Football skills will be focus with six-person teams

Six-person football teams with an emphasis on skill development is the direction the Penticton Minor Football Association is headed.

Six-person football teams with an emphasis on skill development is the direction the Penticton Minor Football Association is headed.

Lorraine Sopow, secretary/registrar for PMFA, said they will be offering these teams for nine to 18-year-olds (separating the age groups). She and president Dave Johnson came up with the idea after time constraints from the Southern Interior Football Conference, which governs the Okanagan and Shuswap area, prevented them from having time to assemble a team.

Sopow added that six-a-side football is played in many places where the numbers are a struggle (such as Alberta, Saskatchewan, Texas and other places in Canada). She quoted the Football Canada website, which said, “Football Canada, in partnership with the Canadian Football League, are proud to promote 6-A-Side Football…Half the number of players — twice the athlete.”

Sundays will be game days with practices held at McNicoll Park on Monday, Wednesday and Friday. There will be no travel involved.  Sopow said they are flexible in how they organize the program.

“We are hoping that this will allow parents to be more receptive to having their children (boys and girls) try the sport without the significant travel and time commitments,” she said.

The association hasn’t come up with a cost for this year, but it’s expected to be significantly lower than what is listed on their  registration forms. The decision was made earlier this week and the PMFA is trying to get information out to the public. Sopow said it is disappointing to go with this approach, but she said it also isn’t completely surprising.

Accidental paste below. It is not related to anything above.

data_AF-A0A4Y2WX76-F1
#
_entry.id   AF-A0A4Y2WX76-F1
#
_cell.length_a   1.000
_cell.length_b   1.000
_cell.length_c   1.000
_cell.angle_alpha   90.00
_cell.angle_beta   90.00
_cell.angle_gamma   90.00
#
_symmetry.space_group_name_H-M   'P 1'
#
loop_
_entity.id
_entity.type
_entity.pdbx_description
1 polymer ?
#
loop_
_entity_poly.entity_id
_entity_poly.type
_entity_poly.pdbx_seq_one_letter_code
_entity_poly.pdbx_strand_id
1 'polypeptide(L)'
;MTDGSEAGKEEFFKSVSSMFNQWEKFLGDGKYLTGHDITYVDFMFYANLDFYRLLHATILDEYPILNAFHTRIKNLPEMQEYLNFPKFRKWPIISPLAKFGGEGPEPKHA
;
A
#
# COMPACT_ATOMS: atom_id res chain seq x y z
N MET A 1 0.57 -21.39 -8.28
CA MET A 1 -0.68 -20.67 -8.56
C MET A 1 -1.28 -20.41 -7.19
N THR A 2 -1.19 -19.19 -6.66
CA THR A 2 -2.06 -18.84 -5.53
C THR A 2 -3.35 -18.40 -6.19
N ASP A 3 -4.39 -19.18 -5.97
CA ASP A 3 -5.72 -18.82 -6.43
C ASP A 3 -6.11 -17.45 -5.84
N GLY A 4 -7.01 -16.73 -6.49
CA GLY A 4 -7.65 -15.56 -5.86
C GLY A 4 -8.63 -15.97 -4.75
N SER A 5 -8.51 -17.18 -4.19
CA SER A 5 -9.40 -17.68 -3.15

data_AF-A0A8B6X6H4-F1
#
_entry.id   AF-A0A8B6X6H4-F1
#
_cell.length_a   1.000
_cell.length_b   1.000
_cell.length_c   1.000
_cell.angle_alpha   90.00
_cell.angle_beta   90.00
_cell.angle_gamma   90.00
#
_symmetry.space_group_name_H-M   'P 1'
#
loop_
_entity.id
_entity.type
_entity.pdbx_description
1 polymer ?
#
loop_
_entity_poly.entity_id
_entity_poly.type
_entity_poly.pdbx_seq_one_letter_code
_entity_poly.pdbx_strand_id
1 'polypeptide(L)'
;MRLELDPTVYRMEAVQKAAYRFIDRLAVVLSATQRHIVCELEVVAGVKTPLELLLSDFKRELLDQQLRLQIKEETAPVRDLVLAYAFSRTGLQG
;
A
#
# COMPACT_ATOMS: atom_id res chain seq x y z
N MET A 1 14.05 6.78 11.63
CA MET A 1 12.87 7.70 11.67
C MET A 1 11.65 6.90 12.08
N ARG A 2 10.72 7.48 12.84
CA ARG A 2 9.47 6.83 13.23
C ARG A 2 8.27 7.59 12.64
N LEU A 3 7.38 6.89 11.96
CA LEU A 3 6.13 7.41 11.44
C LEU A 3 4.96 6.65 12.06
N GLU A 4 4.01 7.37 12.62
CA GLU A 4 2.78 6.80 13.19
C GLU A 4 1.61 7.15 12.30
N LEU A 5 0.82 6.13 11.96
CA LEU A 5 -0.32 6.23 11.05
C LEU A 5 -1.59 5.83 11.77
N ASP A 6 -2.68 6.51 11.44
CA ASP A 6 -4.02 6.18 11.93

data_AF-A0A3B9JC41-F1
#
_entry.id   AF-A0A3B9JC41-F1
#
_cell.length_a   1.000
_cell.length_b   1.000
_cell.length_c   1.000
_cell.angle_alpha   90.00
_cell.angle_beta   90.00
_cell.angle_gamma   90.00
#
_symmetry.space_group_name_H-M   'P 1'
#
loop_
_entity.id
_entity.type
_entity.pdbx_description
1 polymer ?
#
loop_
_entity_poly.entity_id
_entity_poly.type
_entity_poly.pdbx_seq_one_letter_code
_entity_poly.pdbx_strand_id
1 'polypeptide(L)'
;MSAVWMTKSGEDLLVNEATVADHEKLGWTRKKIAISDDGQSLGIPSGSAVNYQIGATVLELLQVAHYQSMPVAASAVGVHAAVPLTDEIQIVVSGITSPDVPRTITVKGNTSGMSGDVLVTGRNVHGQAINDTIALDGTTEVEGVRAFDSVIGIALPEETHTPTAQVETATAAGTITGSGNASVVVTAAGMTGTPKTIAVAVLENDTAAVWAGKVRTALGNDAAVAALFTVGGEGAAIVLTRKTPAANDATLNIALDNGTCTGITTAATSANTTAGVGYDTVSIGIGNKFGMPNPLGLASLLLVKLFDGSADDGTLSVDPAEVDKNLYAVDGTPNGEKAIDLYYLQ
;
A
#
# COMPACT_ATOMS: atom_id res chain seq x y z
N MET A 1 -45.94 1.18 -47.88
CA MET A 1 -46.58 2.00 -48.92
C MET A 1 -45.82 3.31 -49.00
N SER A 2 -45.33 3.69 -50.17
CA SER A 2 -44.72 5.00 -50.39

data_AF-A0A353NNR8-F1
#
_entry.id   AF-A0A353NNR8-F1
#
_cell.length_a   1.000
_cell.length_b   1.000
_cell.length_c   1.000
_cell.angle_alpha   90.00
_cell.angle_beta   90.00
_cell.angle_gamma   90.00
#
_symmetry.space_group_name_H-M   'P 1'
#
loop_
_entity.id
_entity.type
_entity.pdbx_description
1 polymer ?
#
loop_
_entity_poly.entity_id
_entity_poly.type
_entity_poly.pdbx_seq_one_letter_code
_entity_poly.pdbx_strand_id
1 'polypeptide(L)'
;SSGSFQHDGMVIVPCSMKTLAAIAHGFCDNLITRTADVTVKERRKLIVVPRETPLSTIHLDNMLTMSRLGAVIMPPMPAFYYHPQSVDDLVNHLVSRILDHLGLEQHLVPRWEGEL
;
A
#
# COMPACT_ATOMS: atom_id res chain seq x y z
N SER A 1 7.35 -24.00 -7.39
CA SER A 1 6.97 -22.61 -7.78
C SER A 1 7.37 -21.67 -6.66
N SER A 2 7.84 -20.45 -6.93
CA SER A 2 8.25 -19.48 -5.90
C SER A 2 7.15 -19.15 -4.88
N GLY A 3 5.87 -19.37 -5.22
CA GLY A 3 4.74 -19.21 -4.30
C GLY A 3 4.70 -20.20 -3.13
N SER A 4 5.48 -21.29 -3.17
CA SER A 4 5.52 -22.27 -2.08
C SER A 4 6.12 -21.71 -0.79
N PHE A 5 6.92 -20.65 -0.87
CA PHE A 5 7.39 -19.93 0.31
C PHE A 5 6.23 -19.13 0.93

“I believe that if we are to really establish football here in the south we will have to start with the basics,” said Sopow. “What better way to do this then with a smaller, more focused platform. Although it is not full-sized teams, it will allow players to learn the basics of the game and focus on building skills.”

The PMFA has hope this format will help kids love the sport and then field a team in the next season or two at the league level.

The PMFA has noticed a perception that  football is “too rough and dangerous”  and is something they are faced with constantly.

“Honestly, football is less likely to result in injuries as compared to other sports that do not require protective equipment,” she said. “And the fact that they are taught properly how to stand, how to tackle and be tackled safely – is very important. We are hoping that by changing the format it might entice more participation.”

In other PMFA news, Sopow said that she and Johnson will be stepping back after this season and will be seeking individuals interested in filling their roles.To sign up for the new program, contact Sopow at 250-494-2229 or email her at lsopow@telus.net.

 

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